The non-Saccharomyces yeasts represent a great richness for the production of new and different types of beers. In this study, the role of eight yeast strains (Saccharomycodes ludwigii, Metchnikowia pulcherrima, Hanseniaspora uvarum, Hanseniaspora osmophila and Brettanomyces bruxellensis) isolated from Asturian cider and belonging to five unconventional species was evaluated. None of the strains could ferment the main wort sugars (maltose and maltotriose). Beers produced by S. ludwigii strains showed the highest ethanol content (21.6 g/L) and interestingly high levels of fusel alcohols, fatty esters and isoamyl acetate. Strains of B. bruxellensis were the only ones that produced ethyl phenols and they also generated the highest concentration of fatty acids and their ethyl esters. Sucrose was not utilised by Metschnikowia and Hanseniaspora strains, resulting in low ethanol formation (4.7 g/L), although these yeasts differed in terms of their synthesis of volatile compounds. Larger amounts of fatty acid esters were detected in beers fermented by H. osmophyla 10, while H. uvarum 62 produced more 2-phenylethyl acetate and ethyl acetate. M. pulcherrima 301 stands out for its low fermentative capacity and production of volatile compounds. These results show the interest of non-Saccharomyces strains in the production of beers with low alcohol content and their potential use in developing new beer styles in sequential or mixed inoculations with S. cerevisiae strains.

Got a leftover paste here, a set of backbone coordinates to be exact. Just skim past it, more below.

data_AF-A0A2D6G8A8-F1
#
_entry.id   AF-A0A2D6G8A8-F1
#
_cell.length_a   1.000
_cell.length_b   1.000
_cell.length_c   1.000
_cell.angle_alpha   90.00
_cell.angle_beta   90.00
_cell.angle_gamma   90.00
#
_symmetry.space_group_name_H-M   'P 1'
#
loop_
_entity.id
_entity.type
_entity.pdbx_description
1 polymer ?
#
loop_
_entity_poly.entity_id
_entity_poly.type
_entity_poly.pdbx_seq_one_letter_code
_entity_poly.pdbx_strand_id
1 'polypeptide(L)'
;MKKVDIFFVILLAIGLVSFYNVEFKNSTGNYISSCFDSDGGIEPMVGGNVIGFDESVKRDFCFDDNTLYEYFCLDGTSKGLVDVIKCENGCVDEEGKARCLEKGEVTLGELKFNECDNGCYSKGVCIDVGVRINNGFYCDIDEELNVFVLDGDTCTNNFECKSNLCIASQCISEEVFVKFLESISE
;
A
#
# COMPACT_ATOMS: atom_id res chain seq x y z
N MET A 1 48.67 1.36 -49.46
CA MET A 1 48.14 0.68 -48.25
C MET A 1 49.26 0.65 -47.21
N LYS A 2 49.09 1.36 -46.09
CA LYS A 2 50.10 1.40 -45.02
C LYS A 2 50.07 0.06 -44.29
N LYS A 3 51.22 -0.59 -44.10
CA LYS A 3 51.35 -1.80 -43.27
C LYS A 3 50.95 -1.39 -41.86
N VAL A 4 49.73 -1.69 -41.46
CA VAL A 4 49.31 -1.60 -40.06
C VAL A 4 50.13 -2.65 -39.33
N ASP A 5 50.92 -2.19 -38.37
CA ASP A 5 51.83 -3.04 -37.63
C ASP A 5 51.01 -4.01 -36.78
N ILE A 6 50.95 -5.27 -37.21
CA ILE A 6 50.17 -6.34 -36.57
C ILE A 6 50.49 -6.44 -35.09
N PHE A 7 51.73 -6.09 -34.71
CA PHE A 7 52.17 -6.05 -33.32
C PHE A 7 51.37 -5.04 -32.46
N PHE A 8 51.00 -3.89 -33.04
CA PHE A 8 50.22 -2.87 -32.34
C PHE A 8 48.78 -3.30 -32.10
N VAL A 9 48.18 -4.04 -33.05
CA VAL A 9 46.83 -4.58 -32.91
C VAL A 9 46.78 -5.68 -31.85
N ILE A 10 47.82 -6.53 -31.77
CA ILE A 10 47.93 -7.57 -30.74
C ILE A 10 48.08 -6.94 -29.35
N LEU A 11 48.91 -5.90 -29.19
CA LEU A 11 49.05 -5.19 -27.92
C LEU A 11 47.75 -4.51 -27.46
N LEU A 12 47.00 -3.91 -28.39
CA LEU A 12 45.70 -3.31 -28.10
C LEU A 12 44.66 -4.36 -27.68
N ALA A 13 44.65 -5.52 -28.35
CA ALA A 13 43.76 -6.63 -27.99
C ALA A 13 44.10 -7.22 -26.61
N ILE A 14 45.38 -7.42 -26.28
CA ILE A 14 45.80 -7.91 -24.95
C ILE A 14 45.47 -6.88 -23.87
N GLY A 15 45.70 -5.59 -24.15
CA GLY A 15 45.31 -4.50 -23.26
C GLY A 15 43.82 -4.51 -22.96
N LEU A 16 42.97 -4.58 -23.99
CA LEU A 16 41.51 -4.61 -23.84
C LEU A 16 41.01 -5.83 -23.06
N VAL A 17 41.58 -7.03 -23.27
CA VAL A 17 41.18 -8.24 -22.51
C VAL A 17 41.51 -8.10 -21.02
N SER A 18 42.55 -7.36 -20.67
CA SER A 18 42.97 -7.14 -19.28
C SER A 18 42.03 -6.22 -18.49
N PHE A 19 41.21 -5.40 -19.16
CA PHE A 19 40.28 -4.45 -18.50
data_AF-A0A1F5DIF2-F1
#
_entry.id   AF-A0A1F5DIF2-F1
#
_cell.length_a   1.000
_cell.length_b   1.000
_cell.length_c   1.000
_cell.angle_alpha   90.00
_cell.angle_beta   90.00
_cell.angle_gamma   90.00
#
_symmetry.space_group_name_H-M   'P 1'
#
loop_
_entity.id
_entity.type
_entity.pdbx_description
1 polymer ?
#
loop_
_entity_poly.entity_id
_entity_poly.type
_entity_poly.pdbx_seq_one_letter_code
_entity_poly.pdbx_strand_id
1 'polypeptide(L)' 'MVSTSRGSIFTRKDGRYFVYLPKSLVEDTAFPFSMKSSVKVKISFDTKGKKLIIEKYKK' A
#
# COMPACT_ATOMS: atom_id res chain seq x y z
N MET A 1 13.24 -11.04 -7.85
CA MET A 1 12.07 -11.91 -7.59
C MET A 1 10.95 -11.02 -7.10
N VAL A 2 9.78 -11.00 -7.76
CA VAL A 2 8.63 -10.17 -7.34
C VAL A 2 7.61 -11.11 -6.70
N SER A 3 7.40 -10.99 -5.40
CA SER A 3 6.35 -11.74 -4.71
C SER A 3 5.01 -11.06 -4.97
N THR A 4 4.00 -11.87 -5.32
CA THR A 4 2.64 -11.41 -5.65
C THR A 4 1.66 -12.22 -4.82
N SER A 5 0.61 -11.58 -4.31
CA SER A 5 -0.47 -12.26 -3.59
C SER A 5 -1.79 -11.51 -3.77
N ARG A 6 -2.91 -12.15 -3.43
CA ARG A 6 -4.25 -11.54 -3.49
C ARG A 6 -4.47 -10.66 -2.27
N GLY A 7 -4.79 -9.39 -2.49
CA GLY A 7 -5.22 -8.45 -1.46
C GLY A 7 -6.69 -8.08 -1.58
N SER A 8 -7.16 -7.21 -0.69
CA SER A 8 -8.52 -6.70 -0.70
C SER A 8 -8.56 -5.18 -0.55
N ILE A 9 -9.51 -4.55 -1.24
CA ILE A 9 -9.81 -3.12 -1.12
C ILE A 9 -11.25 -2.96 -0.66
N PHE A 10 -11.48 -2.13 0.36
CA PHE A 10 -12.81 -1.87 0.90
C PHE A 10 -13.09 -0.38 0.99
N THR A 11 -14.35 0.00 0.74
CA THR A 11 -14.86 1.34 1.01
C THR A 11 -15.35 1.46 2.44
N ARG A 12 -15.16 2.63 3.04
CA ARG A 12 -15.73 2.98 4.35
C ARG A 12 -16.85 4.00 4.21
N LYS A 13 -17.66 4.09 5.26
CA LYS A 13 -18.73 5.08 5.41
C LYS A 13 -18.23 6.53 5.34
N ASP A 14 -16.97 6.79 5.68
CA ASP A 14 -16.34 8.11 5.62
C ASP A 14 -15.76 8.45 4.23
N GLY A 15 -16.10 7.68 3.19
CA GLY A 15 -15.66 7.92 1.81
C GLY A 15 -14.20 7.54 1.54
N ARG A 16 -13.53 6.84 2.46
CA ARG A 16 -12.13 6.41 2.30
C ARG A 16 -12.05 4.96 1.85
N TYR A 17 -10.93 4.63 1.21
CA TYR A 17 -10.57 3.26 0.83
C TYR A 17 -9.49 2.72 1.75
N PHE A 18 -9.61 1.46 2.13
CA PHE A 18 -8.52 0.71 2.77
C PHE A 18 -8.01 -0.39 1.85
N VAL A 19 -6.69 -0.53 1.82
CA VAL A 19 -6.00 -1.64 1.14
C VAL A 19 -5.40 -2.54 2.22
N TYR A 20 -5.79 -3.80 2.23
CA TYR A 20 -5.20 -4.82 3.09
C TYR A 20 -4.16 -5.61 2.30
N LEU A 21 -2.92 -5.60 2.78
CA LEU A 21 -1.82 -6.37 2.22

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Rodríguez Madrera, R., Pando Bedriñana, R. & Suárez Valles, B. Evaluation of indigenous non-Saccharomyces cider yeasts for use in brewing. Eur Food Res Technol (2021). https://doi.org/10.1007/s00217-020-03665-y
- Low-alcohol beer
- Non-Saccharomyces yeast
- Indigenous cider yeast
- Volatile compounds